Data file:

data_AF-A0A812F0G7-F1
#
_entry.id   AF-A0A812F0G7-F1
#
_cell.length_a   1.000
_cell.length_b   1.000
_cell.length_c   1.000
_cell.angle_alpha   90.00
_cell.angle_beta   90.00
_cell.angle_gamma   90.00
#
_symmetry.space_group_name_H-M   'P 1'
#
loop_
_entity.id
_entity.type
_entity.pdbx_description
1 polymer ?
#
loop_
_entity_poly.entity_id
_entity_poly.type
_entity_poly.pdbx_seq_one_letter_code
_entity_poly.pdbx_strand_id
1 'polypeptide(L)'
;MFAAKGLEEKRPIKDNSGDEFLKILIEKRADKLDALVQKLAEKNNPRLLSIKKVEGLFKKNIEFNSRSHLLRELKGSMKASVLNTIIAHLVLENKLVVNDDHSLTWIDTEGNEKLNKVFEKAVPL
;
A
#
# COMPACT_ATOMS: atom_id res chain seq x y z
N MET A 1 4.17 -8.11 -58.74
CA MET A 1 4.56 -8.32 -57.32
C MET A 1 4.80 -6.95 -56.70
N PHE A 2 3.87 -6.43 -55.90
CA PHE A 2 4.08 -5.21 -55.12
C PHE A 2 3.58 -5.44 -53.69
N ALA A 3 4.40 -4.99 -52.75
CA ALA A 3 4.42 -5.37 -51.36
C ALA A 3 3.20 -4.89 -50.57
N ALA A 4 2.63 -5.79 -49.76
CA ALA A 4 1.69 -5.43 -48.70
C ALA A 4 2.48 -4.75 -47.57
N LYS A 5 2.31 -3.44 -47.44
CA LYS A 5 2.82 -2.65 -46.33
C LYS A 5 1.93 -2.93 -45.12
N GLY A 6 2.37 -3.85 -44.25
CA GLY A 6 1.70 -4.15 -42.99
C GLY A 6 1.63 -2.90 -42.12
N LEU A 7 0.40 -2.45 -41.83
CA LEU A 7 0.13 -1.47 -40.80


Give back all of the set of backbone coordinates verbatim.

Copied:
data_AF-A0A812F0G7-F1
#
_entry.id   AF-A0A812F0G7-F1
#
_cell.length_a   1.000
_cell.length_b   1.000
_cell.length_c   1.000
_cell.angle_alpha   90.00
_cell.angle_beta   90.00
_cell.angle_gamma   90.00
#
_symmetry.space_group_name_H-M   'P 1'
#
loop_
_entity.id
_entity.type
_entity.pdbx_description
1 polymer ?
#
loop_
_entity_poly.entity_id
_entity_poly.type
_entity_poly.pdbx_seq_one_letter_code
_entity_poly.pdbx_strand_id
1 'polypeptide(L)'
;MFAAKGLEEKRPIKDNSGDEFLKILIEKRADKLDALVQKLAEKNNPRLLSIKKVEGLFKKNIEFNSRSHLLRELKGSMKASVLNTIIAHLVLENKLVVNDDHSLTWIDTEGNEKLNKVFEKAVPL
;
A
#
# COMPACT_ATOMS: atom_id res chain seq x y z
N MET A 1 4.17 -8.11 -58.74
CA MET A 1 4.56 -8.32 -57.32
C MET A 1 4.80 -6.95 -56.70
N PHE A 2 3.87 -6.43 -55.90
CA PHE A 2 4.08 -5.21 -55.12
C PHE A 2 3.58 -5.44 -53.69
N ALA A 3 4.40 -4.99 -52.75
CA ALA A 3 4.42 -5.37 -51.36
C ALA A 3 3.20 -4.89 -50.57
N ALA A 4 2.63 -5.79 -49.76
CA ALA A 4 1.69 -5.43 -48.70
C ALA A 4 2.48 -4.75 -47.57
N LYS A 5 2.31 -3.44 -47.44
CA LYS A 5 2.82 -2.65 -46.33
C LYS A 5 1.93 -2.93 -45.12
N GLY A 6 2.37 -3.85 -44.25
CA GLY A 6 1.70 -4.15 -42.99
C GLY A 6 1.63 -2.90 -42.12
N LEU A 7 0.40 -2.45 -41.83
CA LEU A 7 0.13 -1.47 -40.80